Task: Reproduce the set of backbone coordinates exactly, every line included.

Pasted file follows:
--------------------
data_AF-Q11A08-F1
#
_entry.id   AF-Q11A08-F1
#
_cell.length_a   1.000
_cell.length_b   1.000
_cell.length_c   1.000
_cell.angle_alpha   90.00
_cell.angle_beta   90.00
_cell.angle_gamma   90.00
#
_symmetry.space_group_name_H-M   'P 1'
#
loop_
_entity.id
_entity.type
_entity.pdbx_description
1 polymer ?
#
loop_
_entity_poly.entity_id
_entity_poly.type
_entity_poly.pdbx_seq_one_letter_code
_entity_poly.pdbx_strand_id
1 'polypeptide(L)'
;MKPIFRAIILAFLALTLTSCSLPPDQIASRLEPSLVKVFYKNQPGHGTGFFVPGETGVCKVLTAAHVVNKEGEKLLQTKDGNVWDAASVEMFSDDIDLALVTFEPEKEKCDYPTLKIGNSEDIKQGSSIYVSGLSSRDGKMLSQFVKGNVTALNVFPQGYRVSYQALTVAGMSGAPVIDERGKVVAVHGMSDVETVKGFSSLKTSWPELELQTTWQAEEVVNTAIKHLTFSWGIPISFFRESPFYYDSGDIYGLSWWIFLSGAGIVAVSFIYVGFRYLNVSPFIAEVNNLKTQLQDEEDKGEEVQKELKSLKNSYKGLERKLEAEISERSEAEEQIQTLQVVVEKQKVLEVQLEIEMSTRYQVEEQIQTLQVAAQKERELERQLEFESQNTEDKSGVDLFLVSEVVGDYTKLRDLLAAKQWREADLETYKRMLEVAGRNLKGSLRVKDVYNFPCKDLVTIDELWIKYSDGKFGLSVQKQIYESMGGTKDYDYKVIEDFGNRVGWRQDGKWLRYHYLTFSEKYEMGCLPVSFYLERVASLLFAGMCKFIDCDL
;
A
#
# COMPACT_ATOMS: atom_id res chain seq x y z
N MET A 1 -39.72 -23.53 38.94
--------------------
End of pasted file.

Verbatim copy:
data_AF-Q11A08-F1
#
_entry.id   AF-Q11A08-F1
#
_cell.length_a   1.000
_cell.length_b   1.000
_cell.length_c   1.000
_cell.angle_alpha   90.00
_cell.angle_beta   90.00
_cell.angle_gamma   90.00
#
_symmetry.space_group_name_H-M   'P 1'
#
loop_
_entity.id
_entity.type
_entity.pdbx_description
1 polymer ?
#
loop_
_entity_poly.entity_id
_entity_poly.type
_entity_poly.pdbx_seq_one_letter_code
_entity_poly.pdbx_strand_id
1 'polypeptide(L)'
;MKPIFRAIILAFLALTLTSCSLPPDQIASRLEPSLVKVFYKNQPGHGTGFFVPGETGVCKVLTAAHVVNKEGEKLLQTKDGNVWDAASVEMFSDDIDLALVTFEPEKEKCDYPTLKIGNSEDIKQGSSIYVSGLSSRDGKMLSQFVKGNVTALNVFPQGYRVSYQALTVAGMSGAPVIDERGKVVAVHGMSDVETVKGFSSLKTSWPELELQTTWQAEEVVNTAIKHLTFSWGIPISFFRESPFYYDSGDIYGLSWWIFLSGAGIVAVSFIYVGFRYLNVSPFIAEVNNLKTQLQDEEDKGEEVQKELKSLKNSYKGLERKLEAEISERSEAEEQIQTLQVVVEKQKVLEVQLEIEMSTRYQVEEQIQTLQVAAQKERELERQLEFESQNTEDKSGVDLFLVSEVVGDYTKLRDLLAAKQWREADLETYKRMLEVAGRNLKGSLRVKDVYNFPCKDLVTIDELWIKYSDGKFGLSVQKQIYESMGGTKDYDYKVIEDFGNRVGWRQDGKWLRYHYLTFSEKYEMGCLPVSFYLERVASLLFAGMCKFIDCDL
;
A
#
# COMPACT_ATOMS: atom_id res chain seq x y z
N MET A 1 -39.72 -23.53 38.94